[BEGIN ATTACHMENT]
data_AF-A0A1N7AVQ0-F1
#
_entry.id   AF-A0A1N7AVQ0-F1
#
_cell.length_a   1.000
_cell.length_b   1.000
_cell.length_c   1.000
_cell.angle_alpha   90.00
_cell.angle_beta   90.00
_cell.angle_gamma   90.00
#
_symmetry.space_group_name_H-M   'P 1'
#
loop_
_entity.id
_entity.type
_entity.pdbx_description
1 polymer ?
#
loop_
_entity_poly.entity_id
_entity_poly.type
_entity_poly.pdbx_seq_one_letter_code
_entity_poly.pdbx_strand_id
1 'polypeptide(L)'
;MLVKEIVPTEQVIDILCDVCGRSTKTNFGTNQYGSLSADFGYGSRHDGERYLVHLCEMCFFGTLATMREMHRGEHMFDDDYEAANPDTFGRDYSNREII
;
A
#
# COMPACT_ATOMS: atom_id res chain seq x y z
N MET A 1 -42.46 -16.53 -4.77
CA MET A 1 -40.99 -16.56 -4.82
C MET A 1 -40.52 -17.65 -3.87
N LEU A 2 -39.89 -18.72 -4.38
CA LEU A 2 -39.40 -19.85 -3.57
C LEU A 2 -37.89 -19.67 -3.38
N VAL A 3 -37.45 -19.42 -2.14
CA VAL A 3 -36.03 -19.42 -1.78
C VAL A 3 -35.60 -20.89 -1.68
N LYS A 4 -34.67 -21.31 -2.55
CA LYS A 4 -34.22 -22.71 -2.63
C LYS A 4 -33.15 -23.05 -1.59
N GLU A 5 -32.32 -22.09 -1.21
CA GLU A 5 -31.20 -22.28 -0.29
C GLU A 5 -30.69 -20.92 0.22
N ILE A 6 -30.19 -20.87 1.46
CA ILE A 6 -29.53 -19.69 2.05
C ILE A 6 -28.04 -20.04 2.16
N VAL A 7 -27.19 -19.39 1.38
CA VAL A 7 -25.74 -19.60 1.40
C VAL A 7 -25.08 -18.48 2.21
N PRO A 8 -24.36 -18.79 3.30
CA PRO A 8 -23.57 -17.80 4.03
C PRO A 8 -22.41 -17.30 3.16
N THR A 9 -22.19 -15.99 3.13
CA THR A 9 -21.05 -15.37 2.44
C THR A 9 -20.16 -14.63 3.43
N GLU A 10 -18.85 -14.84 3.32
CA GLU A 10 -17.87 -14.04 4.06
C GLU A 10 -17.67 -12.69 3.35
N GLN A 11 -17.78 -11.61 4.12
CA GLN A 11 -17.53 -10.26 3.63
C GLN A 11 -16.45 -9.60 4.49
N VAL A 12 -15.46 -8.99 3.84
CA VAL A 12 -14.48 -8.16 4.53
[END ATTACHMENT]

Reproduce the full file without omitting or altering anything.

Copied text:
data_AF-A0A1N7AVQ0-F1
#
_entry.id   AF-A0A1N7AVQ0-F1
#
_cell.length_a   1.000
_cell.length_b   1.000
_cell.length_c   1.000
_cell.angle_alpha   90.00
_cell.angle_beta   90.00
_cell.angle_gamma   90.00
#
_symmetry.space_group_name_H-M   'P 1'
#
loop_
_entity.id
_entity.type
_entity.pdbx_description
1 polymer ?
#
loop_
_entity_poly.entity_id
_entity_poly.type
_entity_poly.pdbx_seq_one_letter_code
_entity_poly.pdbx_strand_id
1 'polypeptide(L)'
;MLVKEIVPTEQVIDILCDVCGRSTKTNFGTNQYGSLSADFGYGSRHDGERYLVHLCEMCFFGTLATMREMHRGEHMFDDDYEAANPDTFGRDYSNREII
;
A
#
# COMPACT_ATOMS: atom_id res chain seq x y z
N MET A 1 -42.46 -16.53 -4.77
CA MET A 1 -40.99 -16.56 -4.82
C MET A 1 -40.52 -17.65 -3.87
N LEU A 2 -39.89 -18.72 -4.38
CA LEU A 2 -39.40 -19.85 -3.57
C LEU A 2 -37.89 -19.67 -3.38
N VAL A 3 -37.45 -19.42 -2.14
CA VAL A 3 -36.03 -19.42 -1.78
C VAL A 3 -35.60 -20.89 -1.68
N LYS A 4 -34.67 -21.31 -2.55
CA LYS A 4 -34.22 -22.71 -2.63
C LYS A 4 -33.15 -23.05 -1.59
N GLU A 5 -32.32 -22.09 -1.21
CA GLU A 5 -31.20 -22.28 -0.29
C GLU A 5 -30.69 -20.92 0.22
N ILE A 6 -30.19 -20.87 1.46
CA ILE A 6 -29.53 -19.69 2.05
C ILE A 6 -28.04 -20.04 2.16
N VAL A 7 -27.19 -19.39 1.38
CA VAL A 7 -25.74 -19.60 1.40
C VAL A 7 -25.08 -18.48 2.21
N PRO A 8 -24.36 -18.79 3.30
CA PRO A 8 -23.57 -17.80 4.03
C PRO A 8 -22.41 -17.30 3.16
N THR A 9 -22.19 -15.99 3.13
CA THR A 9 -21.05 -15.37 2.44
C THR A 9 -20.16 -14.63 3.43
N GLU A 10 -18.85 -14.84 3.32
CA GLU A 10 -17.87 -14.04 4.06
C GLU A 10 -17.67 -12.69 3.35
N GLN A 11 -17.78 -11.61 4.12
CA GLN A 11 -17.53 -10.26 3.63
C GLN A 11 -16.45 -9.60 4.49
N VAL A 12 -15.46 -8.99 3.84
CA VAL A 12 -14.48 -8.16 4.53